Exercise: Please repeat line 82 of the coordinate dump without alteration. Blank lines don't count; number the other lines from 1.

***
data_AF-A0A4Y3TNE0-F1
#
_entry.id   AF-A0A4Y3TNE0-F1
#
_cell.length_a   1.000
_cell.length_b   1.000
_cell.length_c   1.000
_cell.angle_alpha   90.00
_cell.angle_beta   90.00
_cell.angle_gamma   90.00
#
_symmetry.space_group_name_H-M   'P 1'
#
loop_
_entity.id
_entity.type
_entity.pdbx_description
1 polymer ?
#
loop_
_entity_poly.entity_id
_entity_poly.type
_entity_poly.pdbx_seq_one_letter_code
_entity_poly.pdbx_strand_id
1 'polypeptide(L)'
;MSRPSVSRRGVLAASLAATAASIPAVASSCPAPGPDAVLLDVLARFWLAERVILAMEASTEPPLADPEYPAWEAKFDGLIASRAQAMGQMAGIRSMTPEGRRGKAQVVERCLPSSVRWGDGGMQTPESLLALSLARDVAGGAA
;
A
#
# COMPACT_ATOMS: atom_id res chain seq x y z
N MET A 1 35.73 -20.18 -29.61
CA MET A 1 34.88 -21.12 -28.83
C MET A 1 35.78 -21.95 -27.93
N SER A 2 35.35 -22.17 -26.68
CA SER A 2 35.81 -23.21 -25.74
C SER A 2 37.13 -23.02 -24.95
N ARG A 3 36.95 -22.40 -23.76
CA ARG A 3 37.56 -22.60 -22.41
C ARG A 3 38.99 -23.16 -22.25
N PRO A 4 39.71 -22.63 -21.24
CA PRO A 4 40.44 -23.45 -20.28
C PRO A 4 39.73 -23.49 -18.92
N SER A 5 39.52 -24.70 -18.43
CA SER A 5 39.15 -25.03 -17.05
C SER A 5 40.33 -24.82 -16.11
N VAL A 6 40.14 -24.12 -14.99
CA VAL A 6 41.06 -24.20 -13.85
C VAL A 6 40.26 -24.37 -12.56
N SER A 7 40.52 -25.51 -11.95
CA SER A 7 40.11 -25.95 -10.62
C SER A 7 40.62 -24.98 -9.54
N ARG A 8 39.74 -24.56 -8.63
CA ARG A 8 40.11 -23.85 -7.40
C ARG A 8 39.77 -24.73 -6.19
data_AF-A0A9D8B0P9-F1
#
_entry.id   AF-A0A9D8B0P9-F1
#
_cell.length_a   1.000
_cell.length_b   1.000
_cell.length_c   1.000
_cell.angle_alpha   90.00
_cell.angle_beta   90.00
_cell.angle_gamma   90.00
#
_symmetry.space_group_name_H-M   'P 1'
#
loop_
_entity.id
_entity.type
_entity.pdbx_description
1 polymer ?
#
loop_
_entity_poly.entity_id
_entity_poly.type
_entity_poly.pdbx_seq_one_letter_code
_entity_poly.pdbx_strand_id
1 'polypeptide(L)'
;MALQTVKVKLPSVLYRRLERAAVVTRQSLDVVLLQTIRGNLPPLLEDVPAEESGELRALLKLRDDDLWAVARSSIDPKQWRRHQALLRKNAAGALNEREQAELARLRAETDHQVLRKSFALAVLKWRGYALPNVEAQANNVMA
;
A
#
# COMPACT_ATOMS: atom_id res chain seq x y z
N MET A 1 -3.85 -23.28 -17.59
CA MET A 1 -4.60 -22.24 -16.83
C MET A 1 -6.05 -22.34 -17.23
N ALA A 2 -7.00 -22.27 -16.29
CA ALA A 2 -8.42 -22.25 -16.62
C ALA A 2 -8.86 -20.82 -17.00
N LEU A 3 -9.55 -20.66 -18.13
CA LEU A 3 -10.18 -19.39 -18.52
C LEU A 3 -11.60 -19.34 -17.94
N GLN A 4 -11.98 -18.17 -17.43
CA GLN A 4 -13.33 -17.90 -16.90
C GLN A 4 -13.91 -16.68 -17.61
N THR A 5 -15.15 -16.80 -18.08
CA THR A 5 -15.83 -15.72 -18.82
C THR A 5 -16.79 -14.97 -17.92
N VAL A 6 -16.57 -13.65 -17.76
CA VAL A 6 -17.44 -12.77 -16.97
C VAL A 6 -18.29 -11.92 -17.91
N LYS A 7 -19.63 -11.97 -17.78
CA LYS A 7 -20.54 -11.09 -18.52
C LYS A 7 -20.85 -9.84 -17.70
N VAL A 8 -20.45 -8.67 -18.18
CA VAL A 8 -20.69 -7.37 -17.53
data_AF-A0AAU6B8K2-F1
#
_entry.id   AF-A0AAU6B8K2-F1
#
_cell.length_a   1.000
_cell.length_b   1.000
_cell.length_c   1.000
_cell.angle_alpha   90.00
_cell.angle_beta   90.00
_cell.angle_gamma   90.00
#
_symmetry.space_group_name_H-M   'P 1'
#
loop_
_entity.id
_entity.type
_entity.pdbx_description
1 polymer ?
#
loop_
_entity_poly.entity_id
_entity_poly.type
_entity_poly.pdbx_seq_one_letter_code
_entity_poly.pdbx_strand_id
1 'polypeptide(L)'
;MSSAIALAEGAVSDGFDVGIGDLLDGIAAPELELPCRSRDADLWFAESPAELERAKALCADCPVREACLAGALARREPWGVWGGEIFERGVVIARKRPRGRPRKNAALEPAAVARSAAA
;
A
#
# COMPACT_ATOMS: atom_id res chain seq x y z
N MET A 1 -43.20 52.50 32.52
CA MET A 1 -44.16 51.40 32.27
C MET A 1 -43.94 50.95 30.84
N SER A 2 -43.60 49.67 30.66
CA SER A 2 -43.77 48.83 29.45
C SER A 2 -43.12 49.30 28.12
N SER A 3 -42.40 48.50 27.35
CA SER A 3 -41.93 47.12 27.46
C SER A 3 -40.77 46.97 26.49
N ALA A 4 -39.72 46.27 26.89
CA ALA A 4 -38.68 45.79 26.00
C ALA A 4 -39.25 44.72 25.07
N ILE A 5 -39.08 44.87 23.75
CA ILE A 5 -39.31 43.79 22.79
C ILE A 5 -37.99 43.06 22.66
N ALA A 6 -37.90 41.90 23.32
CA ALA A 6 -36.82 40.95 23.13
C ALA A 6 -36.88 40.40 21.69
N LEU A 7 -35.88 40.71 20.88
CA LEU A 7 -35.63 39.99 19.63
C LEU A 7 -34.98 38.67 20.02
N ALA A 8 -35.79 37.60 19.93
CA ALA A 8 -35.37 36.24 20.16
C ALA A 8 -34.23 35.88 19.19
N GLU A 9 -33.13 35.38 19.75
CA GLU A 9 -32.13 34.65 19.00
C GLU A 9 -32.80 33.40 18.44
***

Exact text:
A